Guns and gardening
Nancy Lanza was a personable neighbor, acquaintances said. Sandy Hook is an affluent area about 60 miles from New York City.
The homes are huge and so are the yards.
It's the kind of neighborhood where Christmas cookies are exchanged and people get together at each others' houses.
When Connecticut winters bring blankets of snow, the kids ride sleds on a big hill in the neighborhood.
Nancy Lanza and her two boys -- Ryan and Adam -- and her husband, Peter, moved there around 1998.
The couple divorced in 2009. Peter Lanza is listed on LinkedIn as a tax director and vice president of taxes for GE Energy Financial Services in the New York City area. According to divorce documents, he agreed to pay his wife, on average, $250,000 a year in alimony. He also agreed to buy his son Adam a car, though his wife would have to pay for the vehicle's upkeep and insurance.
Adam Lanza's primary residence was with his mother, the documents show. They lived in the Newtown home that Peter Lanza ceded to Nancy.
The father was also responsible for paying for Adam's college, as well as for Ryan Lanza's schooling.
Peter and Ryan Lanza were questioned after Friday's rampage.
CNN spoke with a friend of Nancy Lanza who said she'd grown concerned about Adam lately, worrying about what she was going to do with her boy who was growing up, maybe in the way that all mothers worry.
She talked about wanting to sell her house and move West, and was eyeing Washington state. Lanza wasn't debilitated, though, by her worry. She still got out there and lived. She went on short vacations and went to Red Sox games.
The friend asked not to be named.
A 'normal family' and target shooting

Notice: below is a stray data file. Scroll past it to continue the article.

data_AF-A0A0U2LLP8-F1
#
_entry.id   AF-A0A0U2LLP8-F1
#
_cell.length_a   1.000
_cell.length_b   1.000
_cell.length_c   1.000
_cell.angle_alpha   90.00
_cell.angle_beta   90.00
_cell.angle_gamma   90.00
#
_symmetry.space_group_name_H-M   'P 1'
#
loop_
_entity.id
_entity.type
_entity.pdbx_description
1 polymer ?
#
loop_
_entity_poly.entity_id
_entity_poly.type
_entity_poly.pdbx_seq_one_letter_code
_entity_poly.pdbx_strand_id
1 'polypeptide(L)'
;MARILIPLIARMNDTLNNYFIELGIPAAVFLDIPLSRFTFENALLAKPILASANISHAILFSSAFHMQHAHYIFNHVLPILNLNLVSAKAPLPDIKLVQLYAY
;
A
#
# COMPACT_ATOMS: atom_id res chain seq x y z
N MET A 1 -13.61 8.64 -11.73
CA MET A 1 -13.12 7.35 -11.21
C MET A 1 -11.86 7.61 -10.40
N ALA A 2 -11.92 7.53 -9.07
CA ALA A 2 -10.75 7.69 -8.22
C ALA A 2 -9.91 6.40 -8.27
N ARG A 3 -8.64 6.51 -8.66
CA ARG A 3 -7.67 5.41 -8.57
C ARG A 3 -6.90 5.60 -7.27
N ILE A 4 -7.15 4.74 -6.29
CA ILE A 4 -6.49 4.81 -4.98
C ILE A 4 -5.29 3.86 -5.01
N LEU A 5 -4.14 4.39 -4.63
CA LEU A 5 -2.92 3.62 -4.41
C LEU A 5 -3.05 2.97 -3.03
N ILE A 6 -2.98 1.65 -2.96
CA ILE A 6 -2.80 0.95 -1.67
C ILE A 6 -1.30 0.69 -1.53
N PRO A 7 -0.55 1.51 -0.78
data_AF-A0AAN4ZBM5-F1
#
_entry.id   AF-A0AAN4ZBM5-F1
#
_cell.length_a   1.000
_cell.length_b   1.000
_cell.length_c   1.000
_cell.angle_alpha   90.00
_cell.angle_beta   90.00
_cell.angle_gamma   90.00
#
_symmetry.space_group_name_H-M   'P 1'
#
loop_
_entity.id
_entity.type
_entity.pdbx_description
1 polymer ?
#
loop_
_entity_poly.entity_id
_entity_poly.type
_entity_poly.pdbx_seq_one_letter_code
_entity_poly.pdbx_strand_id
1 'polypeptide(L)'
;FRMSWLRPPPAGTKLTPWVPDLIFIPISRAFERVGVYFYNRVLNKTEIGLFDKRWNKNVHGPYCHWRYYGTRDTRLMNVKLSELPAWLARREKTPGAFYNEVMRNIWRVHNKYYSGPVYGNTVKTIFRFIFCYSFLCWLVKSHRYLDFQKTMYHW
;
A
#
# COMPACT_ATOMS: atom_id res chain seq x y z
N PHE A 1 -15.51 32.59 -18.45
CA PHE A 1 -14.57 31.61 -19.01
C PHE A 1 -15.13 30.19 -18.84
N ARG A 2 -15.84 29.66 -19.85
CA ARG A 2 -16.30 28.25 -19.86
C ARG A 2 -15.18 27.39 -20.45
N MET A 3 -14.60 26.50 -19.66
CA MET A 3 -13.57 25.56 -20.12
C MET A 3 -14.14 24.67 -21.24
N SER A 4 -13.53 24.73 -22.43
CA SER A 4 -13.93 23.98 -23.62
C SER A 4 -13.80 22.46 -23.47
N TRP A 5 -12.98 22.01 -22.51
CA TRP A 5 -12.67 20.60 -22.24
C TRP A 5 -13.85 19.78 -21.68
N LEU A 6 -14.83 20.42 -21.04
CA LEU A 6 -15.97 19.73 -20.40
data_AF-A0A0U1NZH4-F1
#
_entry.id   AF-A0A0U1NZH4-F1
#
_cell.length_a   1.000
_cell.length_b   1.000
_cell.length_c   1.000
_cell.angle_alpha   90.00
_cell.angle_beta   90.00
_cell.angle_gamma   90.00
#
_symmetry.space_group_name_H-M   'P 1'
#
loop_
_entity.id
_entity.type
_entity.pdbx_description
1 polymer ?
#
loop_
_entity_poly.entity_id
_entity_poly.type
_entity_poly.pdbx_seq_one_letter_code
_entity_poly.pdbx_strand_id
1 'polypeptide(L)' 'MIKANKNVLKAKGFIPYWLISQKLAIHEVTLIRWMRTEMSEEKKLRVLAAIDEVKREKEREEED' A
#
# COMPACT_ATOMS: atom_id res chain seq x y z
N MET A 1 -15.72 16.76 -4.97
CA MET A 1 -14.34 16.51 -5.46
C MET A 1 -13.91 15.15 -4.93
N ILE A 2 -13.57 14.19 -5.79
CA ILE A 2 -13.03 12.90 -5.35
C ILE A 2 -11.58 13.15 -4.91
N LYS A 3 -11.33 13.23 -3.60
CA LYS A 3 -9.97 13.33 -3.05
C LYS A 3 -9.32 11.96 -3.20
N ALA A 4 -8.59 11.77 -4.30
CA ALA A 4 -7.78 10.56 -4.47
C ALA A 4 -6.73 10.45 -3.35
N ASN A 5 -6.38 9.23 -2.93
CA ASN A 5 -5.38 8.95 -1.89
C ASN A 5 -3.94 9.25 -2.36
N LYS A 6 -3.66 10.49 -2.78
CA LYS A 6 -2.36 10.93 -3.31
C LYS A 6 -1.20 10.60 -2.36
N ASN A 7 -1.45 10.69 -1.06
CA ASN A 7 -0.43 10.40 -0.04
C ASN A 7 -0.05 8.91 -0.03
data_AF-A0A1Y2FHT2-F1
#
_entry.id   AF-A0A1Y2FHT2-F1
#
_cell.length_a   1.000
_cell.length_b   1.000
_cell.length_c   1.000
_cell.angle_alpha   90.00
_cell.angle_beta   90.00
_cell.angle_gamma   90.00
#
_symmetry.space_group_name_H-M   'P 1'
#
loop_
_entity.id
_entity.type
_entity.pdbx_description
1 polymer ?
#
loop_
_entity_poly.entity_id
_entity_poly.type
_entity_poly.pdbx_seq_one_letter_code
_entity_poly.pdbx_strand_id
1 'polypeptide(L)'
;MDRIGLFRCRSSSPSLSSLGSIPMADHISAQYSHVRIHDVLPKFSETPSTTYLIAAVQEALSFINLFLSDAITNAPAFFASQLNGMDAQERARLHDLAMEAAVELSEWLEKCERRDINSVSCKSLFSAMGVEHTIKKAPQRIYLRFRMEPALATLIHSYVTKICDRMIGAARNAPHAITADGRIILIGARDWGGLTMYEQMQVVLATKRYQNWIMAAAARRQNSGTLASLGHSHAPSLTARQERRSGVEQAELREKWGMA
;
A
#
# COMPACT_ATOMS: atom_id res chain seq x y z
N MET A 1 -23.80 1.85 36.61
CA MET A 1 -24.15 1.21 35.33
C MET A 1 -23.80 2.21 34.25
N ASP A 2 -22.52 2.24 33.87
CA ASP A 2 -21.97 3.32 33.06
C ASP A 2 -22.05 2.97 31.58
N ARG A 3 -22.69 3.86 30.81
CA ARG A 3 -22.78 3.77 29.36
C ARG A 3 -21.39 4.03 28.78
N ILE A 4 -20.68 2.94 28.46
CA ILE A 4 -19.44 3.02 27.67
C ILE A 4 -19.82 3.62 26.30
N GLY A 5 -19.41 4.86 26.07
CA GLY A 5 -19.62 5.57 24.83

"It was just a nice, normal family," neighbor Rhonda Cullen said Saturday, recalling how she and other women on the street would often go to each others' houses to play cards.
Nancy Lanza preferred to garden.
"We used to joke with her that she'd do all this landscaping that no one could see because it all was in the back (of the house)," Cullen said.
Nancy Lanza also collected guns, say those who knew her.
Dan Holmes, who owns a local landscaping business, said she showed off a rifle she recently purchased.
"She told me she'd go target shooting with her boys pretty often," Holmes said.
Nancy Lanza kept a lot of weapons, from assault rifles to handguns, at her home.
The weapons were for self-defense, said Marsha Lanza, Peter Lanza's sister.
Yet, Marsha Lanza said her former sister-in-law "never felt threatened." If she did, Marsha Lanza said, Nancy would have spoken up about it.
Nancy was self-reliant, a trait that she possibly picked up while growing up on a farm in New Hampshire, Marsha Lanza said.
At some point, she worked in finance in Boston and Connecticut, a friend said.